Jeffrey Dan Williams’ wild roller coaster ride through the federal judicial system came to an end Wednesday.

That’s when U.S. District Judge James Payne resentenced him after he pleaded guilty to drug charges dating back 18 years.

Payne gave Williams, 55, a term equal to the amount of time he has served, meaning he will be released.

“We got real fortunate,” said William Widell, his public defender.

Wednesday’s proceedings marked the second time since 2014 that Williams has been freed in the same criminal case.

The first occurred in April 2014 after Payne sided with an appeal by Williams and issued an order dismissing indictments and vacating a judgment and 35-year prison sentence against him. The judge ruled that Tulsa police officers — including several later convicted following an investigation into department corruption from 2008 to 2011 — manufactured evidence in order to secure Williams’ conviction and conducted an unconstitutional search and seizure of him the day he was arrested.

However, an appeals court ruled in June that Williams’ release was improper and ordered him back to federal prison, where he returned in September.

While sending him back to prison, the appeals court left the door open to Williams having a gun charge against him dismissed.

Williams subsequently challenged the gun charge, and Payne sided with his argument and ordered the charge dismissed in November.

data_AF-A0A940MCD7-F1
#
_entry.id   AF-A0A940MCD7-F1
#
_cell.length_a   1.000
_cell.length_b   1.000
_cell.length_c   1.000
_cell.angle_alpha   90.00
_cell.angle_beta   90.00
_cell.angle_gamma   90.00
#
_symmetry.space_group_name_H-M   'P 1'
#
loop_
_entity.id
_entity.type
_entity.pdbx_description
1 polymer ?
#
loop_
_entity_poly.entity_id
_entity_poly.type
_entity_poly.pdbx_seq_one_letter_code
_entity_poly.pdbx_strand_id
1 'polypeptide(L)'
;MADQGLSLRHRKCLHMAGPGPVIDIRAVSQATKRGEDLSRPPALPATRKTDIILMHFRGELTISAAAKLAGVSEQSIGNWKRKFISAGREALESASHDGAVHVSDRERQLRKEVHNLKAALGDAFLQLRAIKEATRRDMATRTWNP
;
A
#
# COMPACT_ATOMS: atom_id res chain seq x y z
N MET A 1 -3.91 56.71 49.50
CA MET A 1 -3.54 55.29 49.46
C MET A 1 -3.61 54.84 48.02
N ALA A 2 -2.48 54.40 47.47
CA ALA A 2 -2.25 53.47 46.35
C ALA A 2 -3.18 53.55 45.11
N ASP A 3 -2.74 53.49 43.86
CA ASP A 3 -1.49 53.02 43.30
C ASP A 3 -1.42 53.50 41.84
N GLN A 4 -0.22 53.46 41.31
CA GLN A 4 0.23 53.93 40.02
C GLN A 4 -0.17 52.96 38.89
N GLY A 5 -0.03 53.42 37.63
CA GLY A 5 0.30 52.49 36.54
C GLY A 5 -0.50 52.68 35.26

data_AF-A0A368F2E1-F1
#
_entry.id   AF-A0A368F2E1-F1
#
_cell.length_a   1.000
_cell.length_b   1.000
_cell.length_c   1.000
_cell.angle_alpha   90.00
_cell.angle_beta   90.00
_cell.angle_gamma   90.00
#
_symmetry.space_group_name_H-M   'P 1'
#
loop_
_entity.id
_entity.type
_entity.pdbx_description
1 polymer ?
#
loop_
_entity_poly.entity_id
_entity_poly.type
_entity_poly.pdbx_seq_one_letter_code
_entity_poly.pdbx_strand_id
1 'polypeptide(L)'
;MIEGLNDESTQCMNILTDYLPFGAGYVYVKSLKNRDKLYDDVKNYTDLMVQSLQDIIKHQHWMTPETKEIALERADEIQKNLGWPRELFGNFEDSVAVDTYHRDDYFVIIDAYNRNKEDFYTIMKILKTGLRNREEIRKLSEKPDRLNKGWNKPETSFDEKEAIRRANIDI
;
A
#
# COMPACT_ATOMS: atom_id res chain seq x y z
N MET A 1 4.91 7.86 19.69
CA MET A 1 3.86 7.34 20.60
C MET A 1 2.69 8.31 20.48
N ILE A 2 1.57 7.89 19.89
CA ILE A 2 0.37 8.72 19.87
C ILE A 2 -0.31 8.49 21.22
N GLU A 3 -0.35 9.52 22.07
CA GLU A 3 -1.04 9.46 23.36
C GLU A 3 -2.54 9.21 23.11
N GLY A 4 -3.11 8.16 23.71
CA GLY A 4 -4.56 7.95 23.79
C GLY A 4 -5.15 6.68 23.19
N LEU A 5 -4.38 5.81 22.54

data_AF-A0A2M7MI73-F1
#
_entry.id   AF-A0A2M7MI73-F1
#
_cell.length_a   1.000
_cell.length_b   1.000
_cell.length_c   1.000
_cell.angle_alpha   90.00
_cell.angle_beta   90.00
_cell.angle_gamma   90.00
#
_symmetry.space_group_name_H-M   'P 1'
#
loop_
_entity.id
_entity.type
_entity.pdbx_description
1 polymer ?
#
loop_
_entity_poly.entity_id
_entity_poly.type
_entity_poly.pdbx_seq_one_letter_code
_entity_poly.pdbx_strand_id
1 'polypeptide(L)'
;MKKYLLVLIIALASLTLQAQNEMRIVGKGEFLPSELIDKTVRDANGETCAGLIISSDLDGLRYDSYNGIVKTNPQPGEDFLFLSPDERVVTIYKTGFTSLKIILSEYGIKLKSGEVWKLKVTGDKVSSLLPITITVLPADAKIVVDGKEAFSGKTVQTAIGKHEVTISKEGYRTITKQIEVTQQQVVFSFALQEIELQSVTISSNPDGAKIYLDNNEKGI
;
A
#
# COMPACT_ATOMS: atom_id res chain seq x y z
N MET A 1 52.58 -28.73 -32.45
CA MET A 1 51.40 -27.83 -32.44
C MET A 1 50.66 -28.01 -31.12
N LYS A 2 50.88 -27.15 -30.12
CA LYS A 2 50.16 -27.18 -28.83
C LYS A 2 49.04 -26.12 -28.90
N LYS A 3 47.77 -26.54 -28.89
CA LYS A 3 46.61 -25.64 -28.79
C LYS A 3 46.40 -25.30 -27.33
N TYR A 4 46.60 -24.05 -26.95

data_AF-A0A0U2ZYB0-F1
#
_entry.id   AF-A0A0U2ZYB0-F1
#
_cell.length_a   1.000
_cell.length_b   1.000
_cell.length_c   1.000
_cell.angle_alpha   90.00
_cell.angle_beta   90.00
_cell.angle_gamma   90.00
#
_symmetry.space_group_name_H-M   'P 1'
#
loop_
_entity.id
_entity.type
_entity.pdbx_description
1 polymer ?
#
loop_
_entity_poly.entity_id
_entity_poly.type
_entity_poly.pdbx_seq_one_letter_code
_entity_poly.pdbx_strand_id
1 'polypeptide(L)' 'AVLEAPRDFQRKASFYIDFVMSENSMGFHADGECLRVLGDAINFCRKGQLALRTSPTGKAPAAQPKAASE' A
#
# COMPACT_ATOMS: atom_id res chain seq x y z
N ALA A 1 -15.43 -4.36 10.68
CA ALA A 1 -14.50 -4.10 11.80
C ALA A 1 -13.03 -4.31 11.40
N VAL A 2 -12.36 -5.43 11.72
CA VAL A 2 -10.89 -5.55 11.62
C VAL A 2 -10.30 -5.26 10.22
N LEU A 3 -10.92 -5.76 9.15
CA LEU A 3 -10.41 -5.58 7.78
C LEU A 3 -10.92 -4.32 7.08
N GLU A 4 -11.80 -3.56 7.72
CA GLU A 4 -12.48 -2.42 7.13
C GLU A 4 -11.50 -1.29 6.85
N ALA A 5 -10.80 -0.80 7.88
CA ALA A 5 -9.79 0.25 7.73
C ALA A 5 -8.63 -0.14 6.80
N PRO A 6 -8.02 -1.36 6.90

With the gun charge vacated, Widell said, Payne had the discretion to resentence Williams on the three remaining drug-related charges, which he did on Wednesday.

“So, Judge Payne looked at it and said, ‘I don’t think that the evidence that he was sentenced on was reliable,’” Widell said, referring to the basis for the time-served sentence.

Williams, who jail records show has been in the Tulsa Jail since Dec. 9, was expected to be freed Wednesday. He will have to serve a five-year term of supervised release.

Williams’ sister, Susan Weatherman, said Wednesday that the family had been hoping the judge would exonerate her brother.

“But I’m grateful for what we got,” she said.

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Curtis Killman 918-581-8471

curtis.killman@tulsaworld.com

Staff Writer

Curtis is a member of the Projects Team with an emphasis on database analysis. He also covers federal court news, maintains the Tulsa World database page and develops online interactive graphics. Phone: 918-581-8471

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